Camera - Lights - Action!

One of my mantras over the past three years of ministry in Cork, has been “the church is not a building”. I have waxed lyrical on numerous Sunday mornings that as wonderful as our building is, despite the history captured within its four walls, despite the stories it could tell, the weddings, funerals and baptisms spanning the past three hundred years, the building is just that, at the end of the day, it is a wonderful collection of bricks and mortar. The work done by successive ministers, starting with The Rev. Samuel Lothian, was not confined to those activities that took place within those four walls. It’s a well-worn theme that I’m sure the congregation are sick and tired of hearing.
          In my wildest dreams, I would never have imagined that my metaphorical alliteration would come to pass, as along with the rest of the world, church found itself ground to a stop by Covid-19. In Cork, on Sunday 15th March, what would be our last service in the church was led by David Heap. That morning, we had taken the decision to suspend all services and activities in our building. Initially, our belief was that we would be back in two or three weeks. Within a few days, the enormity of Covid-19 became very clear. The following Sunday, I broadcast service live from the church. During the service, I almost burnt down the building but managed to muddle through it. Although I had vast experience in radio, I had no idea that I could even broadcast service live on Facebook. It really was a case of “learning on the hoof”. Luckily, I wasn’t alone, Rev Bridget Spain in Dublin began audio broadcasts, while Rev Chris Wilson and Rev David Steers were both quick of the mark North of the border.
          To those working in ministry, it became clear, that at the end of the day, a horrible virus had stripped each of us of the comfort and security of our pulpits, had stripped us of a captive audience and had deprived us of that wonderful gift you instinctively develop, being able to read faces and gauge reaction. Soon, everybody was getting in on the act. The Pope in Rome, broadcasting from an empty St Peters Square and the Archbishop of Canterbury, Justin Welby celebrating a Eucharist from his kitchen. It became apparent, that churches and clergy would have to adapt, and they would have to do so fast. In doing so, those that did began to realise that indeed, the building was closed but the church was very much open. Some did very simple face only broadcasts, mine were done from my home. Others launched into Spielberg like production’s, but it didn’t matter, church was open for those who wanted or needed it and each church served its people as it knew how and according to its own liturgical traditions.
          Here in the Republic, churches are set to reopen for worship on June 29th and the temptation is to get the people back into the pews and carry on as before. After the stress of the last three months, it would be an easy position to take, but for me it would be the wrong one. Like business and the economy, I believe church will struggle with the reopening. A return to church will be slow and staggered over a period of months. Although for many church is attended for the noblest of reasons, which are many and varied, it is like much in our lives a matter of routine. Church is a habit.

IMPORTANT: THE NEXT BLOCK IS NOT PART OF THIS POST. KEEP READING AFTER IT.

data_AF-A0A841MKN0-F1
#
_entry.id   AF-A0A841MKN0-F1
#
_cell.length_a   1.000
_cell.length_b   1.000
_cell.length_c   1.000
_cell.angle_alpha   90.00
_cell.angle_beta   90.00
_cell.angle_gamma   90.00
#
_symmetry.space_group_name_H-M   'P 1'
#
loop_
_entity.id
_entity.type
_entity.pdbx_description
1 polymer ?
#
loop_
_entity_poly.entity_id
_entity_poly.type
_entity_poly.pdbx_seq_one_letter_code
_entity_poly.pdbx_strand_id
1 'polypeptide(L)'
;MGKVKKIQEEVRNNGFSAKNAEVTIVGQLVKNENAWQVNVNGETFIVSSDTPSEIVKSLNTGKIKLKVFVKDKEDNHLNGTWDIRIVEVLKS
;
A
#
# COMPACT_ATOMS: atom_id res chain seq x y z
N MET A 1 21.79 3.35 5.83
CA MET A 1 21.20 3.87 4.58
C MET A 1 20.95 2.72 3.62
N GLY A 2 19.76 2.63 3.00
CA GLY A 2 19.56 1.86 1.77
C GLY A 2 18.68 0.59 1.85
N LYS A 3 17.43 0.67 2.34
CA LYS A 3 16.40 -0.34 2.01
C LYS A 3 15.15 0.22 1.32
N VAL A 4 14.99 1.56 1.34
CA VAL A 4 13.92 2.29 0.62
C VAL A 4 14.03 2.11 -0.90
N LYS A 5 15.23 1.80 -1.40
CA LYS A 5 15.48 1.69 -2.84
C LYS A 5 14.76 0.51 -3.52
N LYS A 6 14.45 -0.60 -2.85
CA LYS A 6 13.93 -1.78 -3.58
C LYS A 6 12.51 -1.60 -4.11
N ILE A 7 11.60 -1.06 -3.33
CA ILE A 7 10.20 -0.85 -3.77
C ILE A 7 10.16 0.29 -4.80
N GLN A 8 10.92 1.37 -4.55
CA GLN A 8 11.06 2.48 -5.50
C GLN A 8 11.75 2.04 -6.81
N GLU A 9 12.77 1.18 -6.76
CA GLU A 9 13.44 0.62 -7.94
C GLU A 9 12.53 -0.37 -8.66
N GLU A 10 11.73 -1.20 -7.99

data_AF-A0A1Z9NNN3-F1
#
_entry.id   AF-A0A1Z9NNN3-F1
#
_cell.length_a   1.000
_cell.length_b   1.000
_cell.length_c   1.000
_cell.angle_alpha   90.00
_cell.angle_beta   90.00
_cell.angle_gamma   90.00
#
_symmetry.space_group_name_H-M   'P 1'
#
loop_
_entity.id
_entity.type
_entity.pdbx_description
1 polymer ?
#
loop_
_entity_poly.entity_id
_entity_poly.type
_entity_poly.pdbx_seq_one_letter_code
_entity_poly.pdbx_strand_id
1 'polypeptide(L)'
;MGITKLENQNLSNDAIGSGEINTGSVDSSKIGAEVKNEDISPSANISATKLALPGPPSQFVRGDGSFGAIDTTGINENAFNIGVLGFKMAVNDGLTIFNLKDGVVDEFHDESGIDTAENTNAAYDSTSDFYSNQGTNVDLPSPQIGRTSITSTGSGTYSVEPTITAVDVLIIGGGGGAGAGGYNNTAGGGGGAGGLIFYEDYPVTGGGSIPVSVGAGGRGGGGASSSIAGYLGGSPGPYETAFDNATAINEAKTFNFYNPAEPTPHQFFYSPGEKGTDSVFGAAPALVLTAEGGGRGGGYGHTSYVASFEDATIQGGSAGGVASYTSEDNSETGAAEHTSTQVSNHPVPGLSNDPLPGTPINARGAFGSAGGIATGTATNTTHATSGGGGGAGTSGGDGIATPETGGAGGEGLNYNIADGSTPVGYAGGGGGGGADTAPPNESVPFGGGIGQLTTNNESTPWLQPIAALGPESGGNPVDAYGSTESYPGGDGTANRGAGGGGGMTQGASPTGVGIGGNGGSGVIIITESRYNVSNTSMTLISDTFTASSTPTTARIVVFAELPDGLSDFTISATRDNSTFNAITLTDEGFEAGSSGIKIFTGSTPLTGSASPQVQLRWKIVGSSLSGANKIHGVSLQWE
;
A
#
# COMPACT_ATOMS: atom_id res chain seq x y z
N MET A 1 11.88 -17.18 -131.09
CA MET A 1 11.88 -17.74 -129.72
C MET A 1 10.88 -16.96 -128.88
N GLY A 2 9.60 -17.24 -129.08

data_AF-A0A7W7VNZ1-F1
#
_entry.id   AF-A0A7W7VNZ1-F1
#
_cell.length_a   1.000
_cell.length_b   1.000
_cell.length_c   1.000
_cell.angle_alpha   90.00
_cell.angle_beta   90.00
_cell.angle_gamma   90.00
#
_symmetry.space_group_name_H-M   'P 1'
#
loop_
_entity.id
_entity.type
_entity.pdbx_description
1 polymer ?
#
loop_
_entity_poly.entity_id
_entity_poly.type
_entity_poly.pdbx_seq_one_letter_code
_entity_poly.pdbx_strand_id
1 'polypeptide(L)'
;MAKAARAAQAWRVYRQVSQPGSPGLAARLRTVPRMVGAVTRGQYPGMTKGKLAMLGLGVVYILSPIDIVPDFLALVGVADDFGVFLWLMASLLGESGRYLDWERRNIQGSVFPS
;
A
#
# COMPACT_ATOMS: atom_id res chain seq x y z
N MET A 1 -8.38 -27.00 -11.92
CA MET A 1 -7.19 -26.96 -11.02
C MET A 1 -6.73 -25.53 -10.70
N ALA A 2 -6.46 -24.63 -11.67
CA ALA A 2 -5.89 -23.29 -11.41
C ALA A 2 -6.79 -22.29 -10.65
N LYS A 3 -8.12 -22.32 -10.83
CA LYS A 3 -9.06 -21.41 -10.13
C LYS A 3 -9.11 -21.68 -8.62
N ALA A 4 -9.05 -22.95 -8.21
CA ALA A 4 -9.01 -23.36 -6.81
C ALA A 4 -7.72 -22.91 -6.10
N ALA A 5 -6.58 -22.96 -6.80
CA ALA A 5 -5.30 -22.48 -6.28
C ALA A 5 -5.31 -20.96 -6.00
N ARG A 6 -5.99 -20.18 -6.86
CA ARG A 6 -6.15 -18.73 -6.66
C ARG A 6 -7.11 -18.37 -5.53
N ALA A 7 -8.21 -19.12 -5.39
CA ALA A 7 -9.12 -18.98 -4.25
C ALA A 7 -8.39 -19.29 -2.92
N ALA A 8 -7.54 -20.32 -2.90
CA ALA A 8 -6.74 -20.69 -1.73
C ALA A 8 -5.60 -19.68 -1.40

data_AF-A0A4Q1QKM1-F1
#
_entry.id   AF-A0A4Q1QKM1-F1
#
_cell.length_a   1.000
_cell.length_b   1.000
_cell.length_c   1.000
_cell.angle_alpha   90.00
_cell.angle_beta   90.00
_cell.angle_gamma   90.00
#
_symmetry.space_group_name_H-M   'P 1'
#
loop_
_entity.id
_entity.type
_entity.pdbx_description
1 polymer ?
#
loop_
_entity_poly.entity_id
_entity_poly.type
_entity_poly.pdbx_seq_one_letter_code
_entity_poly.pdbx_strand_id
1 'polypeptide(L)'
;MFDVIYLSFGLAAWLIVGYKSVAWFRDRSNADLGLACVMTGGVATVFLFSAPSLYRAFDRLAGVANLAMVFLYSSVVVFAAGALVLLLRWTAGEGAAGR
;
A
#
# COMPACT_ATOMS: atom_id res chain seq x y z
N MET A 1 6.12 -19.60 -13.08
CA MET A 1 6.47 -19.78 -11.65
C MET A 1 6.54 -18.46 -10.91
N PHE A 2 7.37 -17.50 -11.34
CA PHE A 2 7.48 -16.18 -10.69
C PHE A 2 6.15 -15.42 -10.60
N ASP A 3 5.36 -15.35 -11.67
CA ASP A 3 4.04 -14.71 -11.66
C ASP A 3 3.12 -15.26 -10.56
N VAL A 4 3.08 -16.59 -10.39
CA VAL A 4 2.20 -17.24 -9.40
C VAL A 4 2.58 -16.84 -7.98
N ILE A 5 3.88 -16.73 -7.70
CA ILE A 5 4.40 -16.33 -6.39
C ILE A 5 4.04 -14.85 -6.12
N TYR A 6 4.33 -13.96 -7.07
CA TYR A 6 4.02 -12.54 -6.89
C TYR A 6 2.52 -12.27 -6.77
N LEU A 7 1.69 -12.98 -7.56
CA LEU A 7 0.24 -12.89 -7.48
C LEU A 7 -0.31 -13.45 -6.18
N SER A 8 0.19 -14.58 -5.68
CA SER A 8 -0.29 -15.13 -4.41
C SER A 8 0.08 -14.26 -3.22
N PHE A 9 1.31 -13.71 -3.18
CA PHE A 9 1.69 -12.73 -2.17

There is much talk of a “new way” of doing church, it is the newly awakened beast that is the Digital Age. And it is a beast, its power is immense, its reach, well, simply universal, its potential, unlimited. During the lockdown I have been doing a course, which is on going as I write with the Video Ministry Academy. It is run by our friends in the UUA, specifically by a man called Peter Bowden. Peter is a Unitarian Universalist, a TV producer and husband of a Unitarian minister. In church terms his speciality is congregational growth and opportunities through the digital media. It has been an eye opener, has refreshed my sense of ministry and given me real hope for the potential growth of our Unitarian church here in Ireland.
          Traditionally, we have not been a proselytising church, it is I must admit not a view I have always agreed with. We have not gone out to actively attract people to our faith. We have preferred a process of natural osmosis. We have relied upon the law of natural attraction and to a point it has worked. However, the world has changed, the world has become a smaller place and by and large religion has lost its place.
          The Digital Age offers churches a new breath of life, it allows us to reach people literally where they are, it allows us to be available to them wherever they are. Even better, a service posted say on Facebook is available to watch later as a podcast would be. Then it becomes church available to suit the pace and balances of peoples lives. It is really a chance to gladly return to our buildings but to realise that there is a whole wide world outside of those four walls and they may be waiting to hear from us.
          Many churches rely on set and age- old liturgical norms and rubrics. These are rigid and often not adaptable. They are highly colourful and visually very attractive. However, interaction is limited and the langauge is very often church based. We as a church are less restricted, less church orientated in our langauge.

The captive audience awaits,

so, camera, lights action!

Rev.Mike O’Sullivan
Minister Unitarian Church, Cork